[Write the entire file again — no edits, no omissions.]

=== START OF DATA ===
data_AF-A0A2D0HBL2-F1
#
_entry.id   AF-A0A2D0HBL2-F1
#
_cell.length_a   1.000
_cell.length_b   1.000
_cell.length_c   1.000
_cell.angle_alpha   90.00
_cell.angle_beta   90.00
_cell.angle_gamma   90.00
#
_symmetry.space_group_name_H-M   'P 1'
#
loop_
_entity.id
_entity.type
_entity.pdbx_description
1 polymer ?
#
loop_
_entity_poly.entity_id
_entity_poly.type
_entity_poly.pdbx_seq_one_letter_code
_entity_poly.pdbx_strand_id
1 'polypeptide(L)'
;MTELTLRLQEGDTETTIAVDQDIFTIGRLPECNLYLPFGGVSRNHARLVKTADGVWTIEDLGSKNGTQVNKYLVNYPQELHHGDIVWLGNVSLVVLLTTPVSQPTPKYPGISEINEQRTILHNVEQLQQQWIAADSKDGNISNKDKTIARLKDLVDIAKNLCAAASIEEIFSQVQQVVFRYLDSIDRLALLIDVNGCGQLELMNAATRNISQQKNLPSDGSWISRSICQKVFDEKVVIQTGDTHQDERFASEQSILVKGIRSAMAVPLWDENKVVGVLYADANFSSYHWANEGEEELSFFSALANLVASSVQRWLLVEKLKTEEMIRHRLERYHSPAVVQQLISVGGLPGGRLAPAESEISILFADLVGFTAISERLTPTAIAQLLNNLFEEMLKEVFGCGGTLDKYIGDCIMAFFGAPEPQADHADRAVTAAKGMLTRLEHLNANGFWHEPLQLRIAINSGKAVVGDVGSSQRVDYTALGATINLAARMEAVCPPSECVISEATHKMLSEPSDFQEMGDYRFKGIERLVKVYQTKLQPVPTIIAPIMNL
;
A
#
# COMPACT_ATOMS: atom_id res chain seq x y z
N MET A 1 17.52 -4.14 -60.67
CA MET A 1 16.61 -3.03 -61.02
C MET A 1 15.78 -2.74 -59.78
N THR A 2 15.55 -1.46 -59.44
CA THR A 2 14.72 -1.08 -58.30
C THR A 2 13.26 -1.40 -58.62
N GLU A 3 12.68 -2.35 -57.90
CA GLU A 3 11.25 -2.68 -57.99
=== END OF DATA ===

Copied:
data_AF-A0A2D0HBL2-F1
#
_entry.id   AF-A0A2D0HBL2-F1
#
_cell.length_a   1.000
_cell.length_b   1.000
_cell.length_c   1.000
_cell.angle_alpha   90.00
_cell.angle_beta   90.00
_cell.angle_gamma   90.00
#
_symmetry.space_group_name_H-M   'P 1'
#
loop_
_entity.id
_entity.type
_entity.pdbx_description
1 polymer ?
#
loop_
_entity_poly.entity_id
_entity_poly.type
_entity_poly.pdbx_seq_one_letter_code
_entity_poly.pdbx_strand_id
1 'polypeptide(L)'
;MTELTLRLQEGDTETTIAVDQDIFTIGRLPECNLYLPFGGVSRNHARLVKTADGVWTIEDLGSKNGTQVNKYLVNYPQELHHGDIVWLGNVSLVVLLTTPVSQPTPKYPGISEINEQRTILHNVEQLQQQWIAADSKDGNISNKDKTIARLKDLVDIAKNLCAAASIEEIFSQVQQVVFRYLDSIDRLALLIDVNGCGQLELMNAATRNISQQKNLPSDGSWISRSICQKVFDEKVVIQTGDTHQDERFASEQSILVKGIRSAMAVPLWDENKVVGVLYADANFSSYHWANEGEEELSFFSALANLVASSVQRWLLVEKLKTEEMIRHRLERYHSPAVVQQLISVGGLPGGRLAPAESEISILFADLVGFTAISERLTPTAIAQLLNNLFEEMLKEVFGCGGTLDKYIGDCIMAFFGAPEPQADHADRAVTAAKGMLTRLEHLNANGFWHEPLQLRIAINSGKAVVGDVGSSQRVDYTALGATINLAARMEAVCPPSECVISEATHKMLSEPSDFQEMGDYRFKGIERLVKVYQTKLQPVPTIIAPIMNL
;
A
#
# COMPACT_ATOMS: atom_id res chain seq x y z
N MET A 1 17.52 -4.14 -60.67
CA MET A 1 16.61 -3.03 -61.02
C MET A 1 15.78 -2.74 -59.78
N THR A 2 15.55 -1.46 -59.44
CA THR A 2 14.72 -1.08 -58.30
C THR A 2 13.26 -1.40 -58.62
N GLU A 3 12.68 -2.35 -57.90
CA GLU A 3 11.25 -2.68 -57.99